- - Monday, September 24, 2012

PHILIPSBURG — Police arrested a suspect in the slayings of a South Carolina couple, a spokesman said over the weekend.

Police spokesman Ricardo Henson said the male suspect was arrested before dawn Sunday. He has not been charged yet.

Mr. Henson said more details about the man could not be immediately disclosed but police will issue a statement “as soon as more information can be divulged.”

The bodies of Michael and Thelma King were found Friday in their beachfront condominium on the Dutch Caribbean island.

Chief Prosecutor Hans Mos said both Americans appeared to have stab wounds and Mrs. King was tied to a chair.

The Kings were part-time residents of St. Maarten and owned several homes. Friends say they were about to start a spiced-rum business.

ARGENTINA

Government orders sale of broadcast stations

BUENOS AIRES — The government gave one of its leading media critics, Grupo Clarin, a deadline to sell off most of its broadcast stations, saying over the weekend that Dec. 7 will mark the day when media monopolies no longer will be able to put themselves above the law.

Clarin, which owns 240 cable systems, 10 radio stations and four TV channels in addition to its flagship daily newspaper, has challenged the constitutionality of the 2009 media law’s anti-monopoly clauses limiting the number of stations any one company can own.

Clarin, a bitter opponent of President Cristina Fernandez, says many legal scholars support its position that it should have another year to pursue its challenge of the law before being forced to divest.

In a lengthy TV spot that began airing during Saturday’s much-watched soccer games, the government said it’s deadline would bring “diversity and democracy” to Argentina’s media.

It announced that it will immediately put Grupo Clarin’s cable TV stations up for public auction by Dec. 7 if Clarin fails to comply with the law.

Anticipating fresh waves of accusations that it is trying to silence dissent, the spot says: “The Argentine state will not expropriate the news media; the Argentine state will not nationalize the news media. The Argentine state will guarantee their jobs and compliance with a law that democratizes the news media in the Argentine republic.”

Clarin immediately countered with its own TV spot, accusing the government of attempting an illegal maneuver and citing the same media law as giving companies a year to sell off properties in an orderly fashion.

MEXICO

Burned, dismembered bodiesfound in pickup truck

MORELIA — Seven burned and dismembered bodies were found in the bed of a pickup truck in a part of western Mexico plagued by battles between drug gangs, officials said.

The Michoacan state prosecutor’s office says the bodies were found early Saturday on a highway east of Lake Chapala, between the towns of Sahuayo and La Barca.

Seventeen more bodies were discovered about 12 miles away along the same highway Monday.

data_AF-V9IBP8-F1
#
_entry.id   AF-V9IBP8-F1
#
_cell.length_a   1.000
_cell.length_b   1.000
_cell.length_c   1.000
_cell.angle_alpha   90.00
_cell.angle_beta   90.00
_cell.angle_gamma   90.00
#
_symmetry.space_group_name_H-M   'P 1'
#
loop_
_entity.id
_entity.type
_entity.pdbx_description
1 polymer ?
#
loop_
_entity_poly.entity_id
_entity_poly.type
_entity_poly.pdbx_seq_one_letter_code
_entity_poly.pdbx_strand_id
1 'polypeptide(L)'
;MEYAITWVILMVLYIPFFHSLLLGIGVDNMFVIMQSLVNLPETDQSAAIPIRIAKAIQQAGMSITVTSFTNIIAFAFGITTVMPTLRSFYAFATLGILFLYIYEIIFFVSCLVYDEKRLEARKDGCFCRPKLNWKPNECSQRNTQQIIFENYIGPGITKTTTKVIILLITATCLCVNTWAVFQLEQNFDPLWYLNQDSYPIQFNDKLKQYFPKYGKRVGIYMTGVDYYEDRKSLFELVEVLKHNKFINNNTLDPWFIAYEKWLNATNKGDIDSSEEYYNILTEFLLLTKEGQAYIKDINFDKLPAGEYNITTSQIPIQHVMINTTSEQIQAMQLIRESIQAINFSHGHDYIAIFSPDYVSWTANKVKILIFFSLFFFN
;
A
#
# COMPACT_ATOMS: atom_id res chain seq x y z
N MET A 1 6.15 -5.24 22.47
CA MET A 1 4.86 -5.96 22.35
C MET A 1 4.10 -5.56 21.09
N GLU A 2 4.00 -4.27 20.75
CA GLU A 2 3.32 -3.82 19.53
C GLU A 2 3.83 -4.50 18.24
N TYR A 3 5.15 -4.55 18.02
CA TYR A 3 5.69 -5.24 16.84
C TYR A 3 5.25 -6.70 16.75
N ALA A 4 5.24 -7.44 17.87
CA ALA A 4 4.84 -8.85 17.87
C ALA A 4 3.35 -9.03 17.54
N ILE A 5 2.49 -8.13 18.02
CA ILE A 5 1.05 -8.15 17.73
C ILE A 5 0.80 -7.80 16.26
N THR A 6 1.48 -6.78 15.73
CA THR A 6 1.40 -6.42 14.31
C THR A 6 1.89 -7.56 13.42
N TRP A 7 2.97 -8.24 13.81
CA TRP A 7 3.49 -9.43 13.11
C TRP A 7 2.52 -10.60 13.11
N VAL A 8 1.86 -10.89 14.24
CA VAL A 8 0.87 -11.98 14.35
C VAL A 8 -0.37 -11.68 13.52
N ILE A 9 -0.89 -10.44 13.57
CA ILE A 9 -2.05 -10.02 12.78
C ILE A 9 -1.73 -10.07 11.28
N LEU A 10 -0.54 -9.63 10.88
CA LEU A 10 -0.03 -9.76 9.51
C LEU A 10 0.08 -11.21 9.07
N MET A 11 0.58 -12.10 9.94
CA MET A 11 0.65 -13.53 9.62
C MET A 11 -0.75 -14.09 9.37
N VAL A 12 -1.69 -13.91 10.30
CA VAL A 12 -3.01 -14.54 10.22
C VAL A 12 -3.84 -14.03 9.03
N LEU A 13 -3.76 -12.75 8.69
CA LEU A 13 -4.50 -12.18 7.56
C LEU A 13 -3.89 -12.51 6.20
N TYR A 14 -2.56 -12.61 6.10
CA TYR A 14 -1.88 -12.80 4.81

The area is near where Jalisco and Michoacan states meet. The area is contested by the Jalisco-based New Generation group and the Michoacan-based Knights Templars.

HONDURAS

Human rights lawyer killed at wedding

TEGUCIGALPA — Famed Honduran human-rights lawyer Antonio Trejo Cabrera was fatally shot while attending a wedding Sunday, a land-rights group said.

The Peasants Movement of the valley of Bajo Aguan said in a statement that Mr. Trejo was shot five times Sunday.

The lawyer had represented three lands-rights groups in disputes between agrarian organizations and landowners. More than 60 people have been killed in such disputes in the past two years.

Mr. Trejo also had helped prepare motions declaring unconstitutional a proposal to build three privately run cities with their own police, laws and tax systems.

Just hours before his murder, Mr. Trejo had participated in a televised debate in which he accused congressional leaders of using the private-city projects to raise campaign funds.

CANADA

Ford autoworkers vote to accept new contract

TORONTO — Canadian autoworkers at Ford voted to accept the new contract that their union leadership negotiated last week.

The Canadian Auto Workers union said Sunday that 82 percent of its Ford Motor Co. members approved the deal. The union did not indicate how many of its 4,500 workers at Ford cast ballots.

The union leadership also reached an agreement with General Motors Co. last week, and GM workers are set to vote on the tentative agreement Wednesday and Thursday.

Talks continue with Chrysler Group LLC, where the union wants the company to match the deals they have reached with Ford and GM.

The Ford and GM contacts cut wages for new hires and freezes pay for current workers, but it also gives them lump-sum payments to cover inflation and for the ratification of the deal.

From wire dispatches and staff reports

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